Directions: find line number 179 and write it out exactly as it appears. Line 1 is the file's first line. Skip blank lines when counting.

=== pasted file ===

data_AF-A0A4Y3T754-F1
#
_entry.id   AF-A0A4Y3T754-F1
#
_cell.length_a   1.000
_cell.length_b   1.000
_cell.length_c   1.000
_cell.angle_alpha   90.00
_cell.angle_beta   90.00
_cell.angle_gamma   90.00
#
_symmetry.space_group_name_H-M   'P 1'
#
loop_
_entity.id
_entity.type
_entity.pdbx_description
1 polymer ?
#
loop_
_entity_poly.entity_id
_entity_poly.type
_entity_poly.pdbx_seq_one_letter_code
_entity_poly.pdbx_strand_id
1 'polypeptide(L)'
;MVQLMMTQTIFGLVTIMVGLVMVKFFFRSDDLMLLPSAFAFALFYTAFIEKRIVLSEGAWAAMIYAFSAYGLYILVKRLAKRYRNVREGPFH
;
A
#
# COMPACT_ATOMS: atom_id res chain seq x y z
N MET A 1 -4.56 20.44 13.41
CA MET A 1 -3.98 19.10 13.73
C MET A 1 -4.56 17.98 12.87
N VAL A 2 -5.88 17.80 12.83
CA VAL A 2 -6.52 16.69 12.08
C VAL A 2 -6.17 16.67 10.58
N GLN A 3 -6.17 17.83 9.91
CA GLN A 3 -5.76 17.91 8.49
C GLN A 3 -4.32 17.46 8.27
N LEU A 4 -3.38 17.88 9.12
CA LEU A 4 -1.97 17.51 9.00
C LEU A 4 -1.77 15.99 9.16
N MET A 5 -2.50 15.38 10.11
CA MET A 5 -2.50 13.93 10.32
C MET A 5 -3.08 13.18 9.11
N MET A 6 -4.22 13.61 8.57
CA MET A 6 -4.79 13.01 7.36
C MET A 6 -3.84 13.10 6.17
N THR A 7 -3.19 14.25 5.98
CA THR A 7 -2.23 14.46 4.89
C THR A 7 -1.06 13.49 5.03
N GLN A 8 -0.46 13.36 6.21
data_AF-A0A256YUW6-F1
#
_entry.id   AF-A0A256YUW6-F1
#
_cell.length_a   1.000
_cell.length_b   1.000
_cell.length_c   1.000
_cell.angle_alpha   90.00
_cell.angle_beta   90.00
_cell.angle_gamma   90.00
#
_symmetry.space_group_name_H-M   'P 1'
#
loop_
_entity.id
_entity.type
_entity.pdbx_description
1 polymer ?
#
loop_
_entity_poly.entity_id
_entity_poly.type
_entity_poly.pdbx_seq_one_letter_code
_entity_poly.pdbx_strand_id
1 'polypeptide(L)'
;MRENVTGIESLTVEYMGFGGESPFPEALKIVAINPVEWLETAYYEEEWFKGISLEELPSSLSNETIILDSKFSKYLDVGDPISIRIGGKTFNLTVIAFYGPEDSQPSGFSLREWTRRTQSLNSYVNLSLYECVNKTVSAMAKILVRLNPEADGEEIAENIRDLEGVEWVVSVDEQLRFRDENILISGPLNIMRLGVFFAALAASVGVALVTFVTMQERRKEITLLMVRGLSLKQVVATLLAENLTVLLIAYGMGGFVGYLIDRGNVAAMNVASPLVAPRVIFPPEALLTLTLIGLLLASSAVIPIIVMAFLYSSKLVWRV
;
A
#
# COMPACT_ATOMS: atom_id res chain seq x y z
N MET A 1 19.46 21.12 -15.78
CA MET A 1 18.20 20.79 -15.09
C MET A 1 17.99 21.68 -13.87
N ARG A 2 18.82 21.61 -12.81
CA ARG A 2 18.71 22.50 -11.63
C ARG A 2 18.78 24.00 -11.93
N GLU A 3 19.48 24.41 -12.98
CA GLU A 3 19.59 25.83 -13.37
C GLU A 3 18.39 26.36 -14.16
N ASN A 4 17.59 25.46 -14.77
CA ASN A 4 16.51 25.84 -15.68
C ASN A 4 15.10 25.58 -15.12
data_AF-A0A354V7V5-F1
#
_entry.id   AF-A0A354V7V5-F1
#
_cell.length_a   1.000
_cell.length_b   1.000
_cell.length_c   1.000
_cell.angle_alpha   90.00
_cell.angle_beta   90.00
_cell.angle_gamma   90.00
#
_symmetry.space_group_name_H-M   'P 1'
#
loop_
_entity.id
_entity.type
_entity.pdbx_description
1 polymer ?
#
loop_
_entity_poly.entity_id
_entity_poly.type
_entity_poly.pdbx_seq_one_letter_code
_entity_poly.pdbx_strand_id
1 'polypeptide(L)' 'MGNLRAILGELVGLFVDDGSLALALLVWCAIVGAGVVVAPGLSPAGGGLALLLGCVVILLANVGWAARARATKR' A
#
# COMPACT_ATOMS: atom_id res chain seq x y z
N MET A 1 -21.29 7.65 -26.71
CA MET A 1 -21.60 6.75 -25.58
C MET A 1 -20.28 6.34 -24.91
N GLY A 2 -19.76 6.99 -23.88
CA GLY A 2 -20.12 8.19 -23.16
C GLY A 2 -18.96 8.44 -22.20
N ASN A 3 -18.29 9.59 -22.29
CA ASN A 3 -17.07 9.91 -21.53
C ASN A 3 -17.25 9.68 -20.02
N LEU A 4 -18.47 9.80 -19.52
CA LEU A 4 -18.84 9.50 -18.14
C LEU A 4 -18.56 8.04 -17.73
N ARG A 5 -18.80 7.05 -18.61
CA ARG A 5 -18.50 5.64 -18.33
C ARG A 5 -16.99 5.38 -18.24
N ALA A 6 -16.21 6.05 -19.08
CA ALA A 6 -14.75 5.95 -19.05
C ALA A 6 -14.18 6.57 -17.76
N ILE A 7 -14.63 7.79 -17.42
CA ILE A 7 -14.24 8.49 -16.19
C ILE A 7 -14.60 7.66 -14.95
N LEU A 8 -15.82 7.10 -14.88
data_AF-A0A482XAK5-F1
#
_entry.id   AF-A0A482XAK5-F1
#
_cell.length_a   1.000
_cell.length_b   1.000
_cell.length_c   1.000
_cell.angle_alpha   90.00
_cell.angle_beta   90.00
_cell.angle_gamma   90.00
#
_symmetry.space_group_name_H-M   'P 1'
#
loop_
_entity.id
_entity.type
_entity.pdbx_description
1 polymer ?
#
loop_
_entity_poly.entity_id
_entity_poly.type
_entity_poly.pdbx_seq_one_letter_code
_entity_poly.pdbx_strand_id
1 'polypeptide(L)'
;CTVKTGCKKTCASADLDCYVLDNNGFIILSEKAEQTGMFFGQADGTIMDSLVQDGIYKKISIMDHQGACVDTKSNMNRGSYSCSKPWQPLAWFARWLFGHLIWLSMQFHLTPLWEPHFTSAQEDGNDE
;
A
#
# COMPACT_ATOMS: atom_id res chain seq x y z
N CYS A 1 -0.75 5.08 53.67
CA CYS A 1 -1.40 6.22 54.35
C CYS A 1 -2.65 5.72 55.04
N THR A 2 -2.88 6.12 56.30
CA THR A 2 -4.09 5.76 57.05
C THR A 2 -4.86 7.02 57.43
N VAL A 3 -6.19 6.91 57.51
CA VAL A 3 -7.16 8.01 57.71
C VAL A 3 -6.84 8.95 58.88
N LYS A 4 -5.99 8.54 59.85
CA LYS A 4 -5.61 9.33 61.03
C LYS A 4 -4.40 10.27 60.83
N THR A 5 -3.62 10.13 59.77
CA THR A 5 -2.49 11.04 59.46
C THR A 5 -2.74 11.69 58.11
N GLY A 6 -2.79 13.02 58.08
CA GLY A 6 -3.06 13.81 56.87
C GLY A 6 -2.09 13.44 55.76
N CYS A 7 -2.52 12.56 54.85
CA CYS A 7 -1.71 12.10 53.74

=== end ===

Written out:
C THR A 2 -4.86 7.02 57.43